View Single Post
Old
11-11-2012, 03:23 PM
  #292
Czech Your Math
Registered User
 
Czech Your Math's Avatar
 
Join Date: Jan 2006
Location: bohemia
Country: Czech_ Republic
Posts: 3,665
vCash: 500
Quote:
Originally Posted by eva unit zero View Post
I'm not disputing that it might have been possible for others to do it. But the fact remains that Yzerman did it, on a team where he had basically no offensive support; arguably less even than Maruk did. That's a pretty incredible feat. As I said before; it has been achieved three times without another player on the team cracking 100. Once each by Gretzky, Lemieux, and Yzerman. And further reducing the impact of Nicholls' and Esposito's 150+ seasons is the fact that the years they did it, they played with the Hart trophy winner.
You keep citing Yzerman's great '89 season, but I don't recall having said one thing negative ITT about Yzerman or his great season, so I'm not sure what you think this proves.

Quote:
Originally Posted by eva unit zero View Post
How many points does a prime Yzerman score in 1982? He posted 155, 137, and 127 with pretty shoddy linemates. He was clearing 100 despite rolling in Murray's "three first-line center" system before 1992-93 saw a move back to more reliance on Yzerman and ultimately Carson being dealt.
Value-wise it equates to ~171 points in '82. My best guess based on ES/PP points is that Yzerman may have scored ~163 points in '82 if he had similar circumstances to '89.

Quote:
Originally Posted by eva unit zero View Post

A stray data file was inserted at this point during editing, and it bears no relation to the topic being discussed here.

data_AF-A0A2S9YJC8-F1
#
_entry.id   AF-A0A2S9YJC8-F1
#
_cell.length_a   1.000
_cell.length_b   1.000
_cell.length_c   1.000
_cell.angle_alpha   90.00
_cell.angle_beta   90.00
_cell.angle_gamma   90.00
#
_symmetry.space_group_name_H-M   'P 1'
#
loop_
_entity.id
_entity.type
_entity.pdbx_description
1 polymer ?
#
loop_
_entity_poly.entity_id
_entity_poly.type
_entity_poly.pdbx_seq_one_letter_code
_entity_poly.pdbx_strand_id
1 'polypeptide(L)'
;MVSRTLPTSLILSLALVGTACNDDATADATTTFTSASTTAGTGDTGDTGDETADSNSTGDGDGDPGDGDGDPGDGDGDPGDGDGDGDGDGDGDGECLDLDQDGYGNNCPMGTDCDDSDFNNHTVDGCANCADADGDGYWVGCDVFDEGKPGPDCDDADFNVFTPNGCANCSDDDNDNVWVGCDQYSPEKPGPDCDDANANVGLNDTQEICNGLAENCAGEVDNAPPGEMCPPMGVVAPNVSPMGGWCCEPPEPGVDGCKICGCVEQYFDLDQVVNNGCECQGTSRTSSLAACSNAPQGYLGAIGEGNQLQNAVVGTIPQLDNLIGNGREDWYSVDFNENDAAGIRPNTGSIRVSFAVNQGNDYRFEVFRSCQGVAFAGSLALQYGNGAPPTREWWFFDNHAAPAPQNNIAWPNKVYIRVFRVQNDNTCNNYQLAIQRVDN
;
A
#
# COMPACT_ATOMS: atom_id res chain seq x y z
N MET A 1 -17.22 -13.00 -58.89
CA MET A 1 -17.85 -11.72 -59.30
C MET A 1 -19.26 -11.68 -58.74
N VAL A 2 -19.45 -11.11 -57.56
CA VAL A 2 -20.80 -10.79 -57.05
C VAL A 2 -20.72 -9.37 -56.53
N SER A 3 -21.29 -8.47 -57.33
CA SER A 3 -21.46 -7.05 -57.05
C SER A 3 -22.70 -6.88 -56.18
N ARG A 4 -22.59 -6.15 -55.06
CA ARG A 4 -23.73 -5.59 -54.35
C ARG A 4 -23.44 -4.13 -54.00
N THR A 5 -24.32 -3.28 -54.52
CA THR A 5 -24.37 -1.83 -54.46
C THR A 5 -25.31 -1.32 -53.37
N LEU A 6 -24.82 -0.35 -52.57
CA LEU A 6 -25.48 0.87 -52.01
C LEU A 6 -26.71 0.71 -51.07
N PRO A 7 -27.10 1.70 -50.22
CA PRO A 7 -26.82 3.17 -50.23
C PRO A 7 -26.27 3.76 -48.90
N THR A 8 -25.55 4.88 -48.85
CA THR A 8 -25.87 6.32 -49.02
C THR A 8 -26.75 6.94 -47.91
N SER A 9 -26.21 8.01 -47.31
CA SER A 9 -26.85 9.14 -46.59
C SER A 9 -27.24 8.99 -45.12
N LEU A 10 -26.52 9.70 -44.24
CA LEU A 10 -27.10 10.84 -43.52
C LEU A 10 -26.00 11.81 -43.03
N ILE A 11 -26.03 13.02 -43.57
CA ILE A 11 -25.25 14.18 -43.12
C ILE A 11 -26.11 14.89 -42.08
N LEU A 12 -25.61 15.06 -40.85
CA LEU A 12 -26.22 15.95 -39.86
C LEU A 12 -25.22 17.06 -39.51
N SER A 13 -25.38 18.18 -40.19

A far a adjusted points, only a handful of seasons since 1932 adjust to or above 124 points with a 6 GPG average (124 is what Nicholls adjusts to) that weren't already 150+ seasons. Those seasons? Phil Esposito in 1968-69, 1971-72, and 1973-74; Bobby Orr in 1969-70; Mario Lemieux 1996-97; Jaromir Jagr 1995-96, 1998-99, and 2000-01; and Joe Sakic in 2000-01. Malkin last year, Ovechkin in 2008, Crosby in 2007, and Selanne in 1999 adjust to 122 for basically as close as you get. Crosby in 2010-11 had 71 in 41, so he was on pace to break the mark. But "on pace" doesn't do it. And adjusted numbers are only an estimate; we have to still consider that Nicholls' 124 is pushed down by the presence of Lemieux's 199, Gretzky's 168, and Yzerman's 155. If you replace those three in calculations with "average" players based on the remaining players in the league, how does Nicholls adjust then?
One wouldn't need to score 124 adjusted points in '89 to have a chance at 150 at some point in the 80s.

I don't know what you mean by "pushed down". Intuitively, other higher scoring seasons makes Nicholls' season a bit less impressive. I may be understanding what you're asking, but if you removed those top 3 players' seasons, then it would lower the league avg. and increase Nicholls' adjusted PPG that season.

Czech Your Math is offline   Reply With Quote